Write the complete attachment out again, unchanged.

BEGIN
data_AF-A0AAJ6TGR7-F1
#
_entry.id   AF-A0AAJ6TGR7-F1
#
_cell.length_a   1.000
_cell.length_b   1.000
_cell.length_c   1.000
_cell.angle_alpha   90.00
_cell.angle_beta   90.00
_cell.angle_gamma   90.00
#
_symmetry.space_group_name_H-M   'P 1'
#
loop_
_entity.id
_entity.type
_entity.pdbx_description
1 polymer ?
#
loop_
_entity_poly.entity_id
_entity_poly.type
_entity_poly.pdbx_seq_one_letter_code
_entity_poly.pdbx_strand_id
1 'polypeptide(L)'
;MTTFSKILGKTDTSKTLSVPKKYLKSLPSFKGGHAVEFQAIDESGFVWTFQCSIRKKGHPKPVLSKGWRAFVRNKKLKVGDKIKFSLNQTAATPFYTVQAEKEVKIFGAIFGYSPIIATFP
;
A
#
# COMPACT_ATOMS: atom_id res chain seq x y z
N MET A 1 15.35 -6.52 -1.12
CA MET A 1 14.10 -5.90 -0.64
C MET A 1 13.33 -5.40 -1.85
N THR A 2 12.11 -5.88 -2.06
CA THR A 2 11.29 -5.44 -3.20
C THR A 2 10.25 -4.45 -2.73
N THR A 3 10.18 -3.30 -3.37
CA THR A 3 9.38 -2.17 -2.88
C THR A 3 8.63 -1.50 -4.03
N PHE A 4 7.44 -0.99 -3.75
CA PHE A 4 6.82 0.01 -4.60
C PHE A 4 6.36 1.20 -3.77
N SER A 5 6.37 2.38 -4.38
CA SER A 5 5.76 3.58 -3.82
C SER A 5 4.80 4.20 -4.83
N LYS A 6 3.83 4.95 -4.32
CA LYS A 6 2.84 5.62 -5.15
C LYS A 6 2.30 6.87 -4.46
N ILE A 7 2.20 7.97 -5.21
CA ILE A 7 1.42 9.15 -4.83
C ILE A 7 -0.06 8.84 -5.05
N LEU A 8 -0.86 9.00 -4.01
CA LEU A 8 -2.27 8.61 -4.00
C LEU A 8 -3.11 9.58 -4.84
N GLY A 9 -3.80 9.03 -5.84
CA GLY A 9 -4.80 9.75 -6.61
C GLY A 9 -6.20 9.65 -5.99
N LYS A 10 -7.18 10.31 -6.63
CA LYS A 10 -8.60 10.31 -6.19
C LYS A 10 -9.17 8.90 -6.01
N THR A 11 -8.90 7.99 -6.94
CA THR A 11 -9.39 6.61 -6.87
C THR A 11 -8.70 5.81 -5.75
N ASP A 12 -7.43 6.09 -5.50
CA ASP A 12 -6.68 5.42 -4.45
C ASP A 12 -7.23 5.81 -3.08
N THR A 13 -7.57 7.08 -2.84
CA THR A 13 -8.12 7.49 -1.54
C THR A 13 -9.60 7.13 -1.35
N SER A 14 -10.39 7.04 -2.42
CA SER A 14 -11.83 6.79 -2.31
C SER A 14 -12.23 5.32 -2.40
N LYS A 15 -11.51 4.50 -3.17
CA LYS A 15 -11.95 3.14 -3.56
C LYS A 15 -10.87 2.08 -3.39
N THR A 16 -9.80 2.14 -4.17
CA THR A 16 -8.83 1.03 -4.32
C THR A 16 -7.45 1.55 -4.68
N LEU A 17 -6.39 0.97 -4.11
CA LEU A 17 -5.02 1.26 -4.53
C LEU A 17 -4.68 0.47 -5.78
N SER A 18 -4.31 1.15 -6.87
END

data_AF-A0AAJ6TGR7-F1
#
_entry.id   AF-A0AAJ6TGR7-F1
#
_cell.length_a   1.000
_cell.length_b   1.000
_cell.length_c   1.000
_cell.angle_alpha   90.00
_cell.angle_beta   90.00
_cell.angle_gamma   90.00
#
_symmetry.space_group_name_H-M   'P 1'
#
loop_
_entity.id
_entity.type
_entity.pdbx_description
1 polymer ?
#
loop_
_entity_poly.entity_id
_entity_poly.type
_entity_poly.pdbx_seq_one_letter_code
_entity_poly.pdbx_strand_id
1 'polypeptide(L)'
;MTTFSKILGKTDTSKTLSVPKKYLKSLPSFKGGHAVEFQAIDESGFVWTFQCSIRKKGHPKPVLSKGWRAFVRNKKLKVGDKIKFSLNQTAATPFYTVQAEKEVKIFGAIFGYSPIIATFP
;
A
#
# COMPACT_ATOMS: atom_id res chain seq x y z
N MET A 1 15.35 -6.52 -1.12
CA MET A 1 14.10 -5.90 -0.64
C MET A 1 13.33 -5.40 -1.85
N THR A 2 12.11 -5.88 -2.06
CA THR A 2 11.29 -5.44 -3.20
C THR A 2 10.25 -4.45 -2.73
N THR A 3 10.18 -3.30 -3.37
CA THR A 3 9.38 -2.17 -2.88
C THR A 3 8.63 -1.50 -4.03
N PHE A 4 7.44 -0.99 -3.75
CA PHE A 4 6.82 0.01 -4.60
C PHE A 4 6.36 1.20 -3.77
N SER A 5 6.37 2.38 -4.38
CA SER A 5 5.76 3.58 -3.82
C SER A 5 4.80 4.20 -4.83
N LYS A 6 3.83 4.95 -4.32
CA LYS A 6 2.84 5.62 -5.15
C LYS A 6 2.30 6.87 -4.46
N ILE A 7 2.20 7.97 -5.21
CA ILE A 7 1.42 9.15 -4.83
C ILE A 7 -0.06 8.84 -5.05
N LEU A 8 -0.86 9.00 -4.01
CA LEU A 8 -2.27 8.61 -4.00
C LEU A 8 -3.11 9.58 -4.84
N GLY A 9 -3.80 9.03 -5.84
CA GLY A 9 -4.80 9.75 -6.61
C GLY A 9 -6.20 9.65 -5.99
N LYS A 10 -7.18 10.31 -6.63
CA LYS A 10 -8.60 10.31 -6.19
C LYS A 10 -9.17 8.90 -6.01
N THR A 11 -8.90 7.99 -6.94
CA THR A 11 -9.39 6.61 -6.87
C THR A 11 -8.70 5.81 -5.75
N ASP A 12 -7.43 6.09 -5.50
CA ASP A 12 -6.68 5.42 -4.45
C ASP A 12 -7.23 5.81 -3.08
N THR A 13 -7.57 7.08 -2.84
CA THR A 13 -8.12 7.49 -1.54
C THR A 13 -9.60 7.13 -1.35
N SER A 14 -10.39 7.04 -2.42
CA SER A 14 -11.83 6.79 -2.31
C SER A 14 -12.23 5.32 -2.40
N LYS A 15 -11.51 4.50 -3.17
CA LYS A 15 -11.95 3.14 -3.56
C LYS A 15 -10.87 2.08 -3.39
N THR A 16 -9.80 2.14 -4.17
CA THR A 16 -8.83 1.03 -4.32
C THR A 16 -7.45 1.55 -4.68
N LEU A 17 -6.39 0.97 -4.11
CA LEU A 17 -5.02 1.26 -4.53
C LEU A 17 -4.68 0.47 -5.78
N SER A 18 -4.31 1.15 -6.87